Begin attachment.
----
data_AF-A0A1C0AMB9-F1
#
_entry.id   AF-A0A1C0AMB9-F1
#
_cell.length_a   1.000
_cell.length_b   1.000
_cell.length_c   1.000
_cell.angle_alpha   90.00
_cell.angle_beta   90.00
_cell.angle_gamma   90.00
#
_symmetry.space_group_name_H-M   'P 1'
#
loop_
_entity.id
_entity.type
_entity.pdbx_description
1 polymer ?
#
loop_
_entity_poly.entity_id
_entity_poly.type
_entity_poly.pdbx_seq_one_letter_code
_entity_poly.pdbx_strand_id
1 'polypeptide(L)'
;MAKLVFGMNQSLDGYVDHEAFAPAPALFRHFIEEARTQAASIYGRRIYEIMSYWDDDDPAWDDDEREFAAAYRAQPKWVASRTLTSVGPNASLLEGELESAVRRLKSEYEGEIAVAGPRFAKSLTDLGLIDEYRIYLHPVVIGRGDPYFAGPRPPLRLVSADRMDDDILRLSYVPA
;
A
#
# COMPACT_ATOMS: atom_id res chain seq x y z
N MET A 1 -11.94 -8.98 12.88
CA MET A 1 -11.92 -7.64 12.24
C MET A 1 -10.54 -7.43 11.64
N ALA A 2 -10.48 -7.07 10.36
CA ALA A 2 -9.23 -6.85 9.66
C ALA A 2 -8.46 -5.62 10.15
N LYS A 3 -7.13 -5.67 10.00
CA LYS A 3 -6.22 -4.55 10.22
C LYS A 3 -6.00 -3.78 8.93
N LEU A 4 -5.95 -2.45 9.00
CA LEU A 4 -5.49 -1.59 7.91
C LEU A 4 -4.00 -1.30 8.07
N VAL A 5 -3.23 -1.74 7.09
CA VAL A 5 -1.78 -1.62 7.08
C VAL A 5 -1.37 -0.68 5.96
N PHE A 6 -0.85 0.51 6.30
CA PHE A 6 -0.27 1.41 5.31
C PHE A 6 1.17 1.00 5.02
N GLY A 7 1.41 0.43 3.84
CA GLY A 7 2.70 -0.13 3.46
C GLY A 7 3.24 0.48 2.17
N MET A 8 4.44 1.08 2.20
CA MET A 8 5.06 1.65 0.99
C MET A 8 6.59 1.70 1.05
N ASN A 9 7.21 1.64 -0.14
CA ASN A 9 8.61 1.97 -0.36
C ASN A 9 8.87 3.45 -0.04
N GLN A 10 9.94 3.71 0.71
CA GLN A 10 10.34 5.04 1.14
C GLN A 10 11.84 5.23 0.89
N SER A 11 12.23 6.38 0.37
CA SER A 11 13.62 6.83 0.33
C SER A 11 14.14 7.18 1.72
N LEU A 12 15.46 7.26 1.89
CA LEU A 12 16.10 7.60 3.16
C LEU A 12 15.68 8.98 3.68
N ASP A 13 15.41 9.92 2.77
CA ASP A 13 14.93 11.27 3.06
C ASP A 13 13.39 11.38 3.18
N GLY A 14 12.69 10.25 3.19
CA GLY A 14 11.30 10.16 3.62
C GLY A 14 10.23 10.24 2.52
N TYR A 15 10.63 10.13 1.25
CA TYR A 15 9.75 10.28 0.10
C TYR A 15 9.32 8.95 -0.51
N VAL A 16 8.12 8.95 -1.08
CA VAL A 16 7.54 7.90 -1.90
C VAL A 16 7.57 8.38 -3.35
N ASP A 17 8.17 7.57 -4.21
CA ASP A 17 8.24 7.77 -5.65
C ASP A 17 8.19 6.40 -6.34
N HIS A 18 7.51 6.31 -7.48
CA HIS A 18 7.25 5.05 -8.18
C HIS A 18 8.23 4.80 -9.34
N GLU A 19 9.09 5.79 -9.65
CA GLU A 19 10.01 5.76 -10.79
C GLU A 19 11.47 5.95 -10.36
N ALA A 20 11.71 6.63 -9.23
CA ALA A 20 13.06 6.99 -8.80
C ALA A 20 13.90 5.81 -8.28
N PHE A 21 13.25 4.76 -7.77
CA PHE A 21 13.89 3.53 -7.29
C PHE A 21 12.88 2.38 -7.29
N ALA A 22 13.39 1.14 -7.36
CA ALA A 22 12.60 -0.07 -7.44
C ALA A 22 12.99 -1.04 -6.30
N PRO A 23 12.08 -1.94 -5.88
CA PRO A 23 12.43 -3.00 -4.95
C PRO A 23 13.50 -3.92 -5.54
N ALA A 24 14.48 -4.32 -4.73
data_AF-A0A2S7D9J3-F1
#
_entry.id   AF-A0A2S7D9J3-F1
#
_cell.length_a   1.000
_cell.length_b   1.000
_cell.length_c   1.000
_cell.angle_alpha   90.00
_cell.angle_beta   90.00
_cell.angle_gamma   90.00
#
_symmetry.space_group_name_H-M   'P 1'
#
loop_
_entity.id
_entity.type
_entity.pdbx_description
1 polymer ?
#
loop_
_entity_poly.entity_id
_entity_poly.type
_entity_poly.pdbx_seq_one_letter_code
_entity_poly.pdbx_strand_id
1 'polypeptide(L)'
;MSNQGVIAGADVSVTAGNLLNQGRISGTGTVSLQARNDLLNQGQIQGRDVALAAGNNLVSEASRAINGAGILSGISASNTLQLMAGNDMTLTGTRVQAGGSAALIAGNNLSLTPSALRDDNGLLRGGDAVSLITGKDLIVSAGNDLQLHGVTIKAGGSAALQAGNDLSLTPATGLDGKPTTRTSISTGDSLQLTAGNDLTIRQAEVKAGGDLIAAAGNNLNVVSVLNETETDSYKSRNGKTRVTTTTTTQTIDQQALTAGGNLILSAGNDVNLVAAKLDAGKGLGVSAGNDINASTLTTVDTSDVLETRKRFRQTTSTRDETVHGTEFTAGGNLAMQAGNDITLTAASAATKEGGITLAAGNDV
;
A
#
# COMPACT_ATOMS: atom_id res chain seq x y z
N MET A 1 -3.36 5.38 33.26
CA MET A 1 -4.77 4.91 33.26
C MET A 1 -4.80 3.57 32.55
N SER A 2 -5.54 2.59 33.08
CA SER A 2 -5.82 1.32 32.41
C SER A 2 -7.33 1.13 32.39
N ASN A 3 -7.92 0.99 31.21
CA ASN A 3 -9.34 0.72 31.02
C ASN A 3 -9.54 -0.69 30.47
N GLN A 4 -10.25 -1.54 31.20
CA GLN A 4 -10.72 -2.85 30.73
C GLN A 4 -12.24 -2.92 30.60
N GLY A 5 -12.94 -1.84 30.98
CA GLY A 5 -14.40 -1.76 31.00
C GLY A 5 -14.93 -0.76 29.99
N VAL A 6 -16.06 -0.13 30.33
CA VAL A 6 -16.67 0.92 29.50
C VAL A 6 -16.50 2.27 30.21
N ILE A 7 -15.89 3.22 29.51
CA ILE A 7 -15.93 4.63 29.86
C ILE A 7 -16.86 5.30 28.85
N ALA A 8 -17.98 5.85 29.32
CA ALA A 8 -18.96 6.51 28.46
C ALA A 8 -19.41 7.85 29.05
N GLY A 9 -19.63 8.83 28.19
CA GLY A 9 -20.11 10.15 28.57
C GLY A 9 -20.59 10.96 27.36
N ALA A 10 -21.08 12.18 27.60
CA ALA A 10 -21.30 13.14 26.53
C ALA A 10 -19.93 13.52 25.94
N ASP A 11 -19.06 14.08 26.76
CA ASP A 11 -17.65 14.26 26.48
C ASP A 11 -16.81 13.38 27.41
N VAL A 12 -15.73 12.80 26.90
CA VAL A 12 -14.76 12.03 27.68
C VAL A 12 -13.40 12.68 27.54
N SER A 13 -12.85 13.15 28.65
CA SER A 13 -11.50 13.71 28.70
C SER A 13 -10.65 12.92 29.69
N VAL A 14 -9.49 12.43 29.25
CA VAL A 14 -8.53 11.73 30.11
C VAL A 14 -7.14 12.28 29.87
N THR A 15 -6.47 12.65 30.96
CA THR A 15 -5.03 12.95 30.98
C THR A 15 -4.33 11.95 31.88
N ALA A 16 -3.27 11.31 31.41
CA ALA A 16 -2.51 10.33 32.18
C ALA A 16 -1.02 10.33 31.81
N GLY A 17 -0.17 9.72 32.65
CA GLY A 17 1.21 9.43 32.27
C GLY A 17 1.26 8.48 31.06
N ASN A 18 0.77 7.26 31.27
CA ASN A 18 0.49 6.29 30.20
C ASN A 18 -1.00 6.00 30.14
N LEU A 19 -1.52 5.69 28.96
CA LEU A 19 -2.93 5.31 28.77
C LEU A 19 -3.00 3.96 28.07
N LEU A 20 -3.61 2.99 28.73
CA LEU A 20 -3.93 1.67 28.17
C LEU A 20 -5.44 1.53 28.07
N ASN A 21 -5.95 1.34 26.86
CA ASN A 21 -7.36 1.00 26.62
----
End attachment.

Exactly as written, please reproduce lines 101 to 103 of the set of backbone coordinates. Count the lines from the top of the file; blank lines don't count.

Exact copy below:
data_AF-A0A2S7D9J3-F1
#
_entry.id   AF-A0A2S7D9J3-F1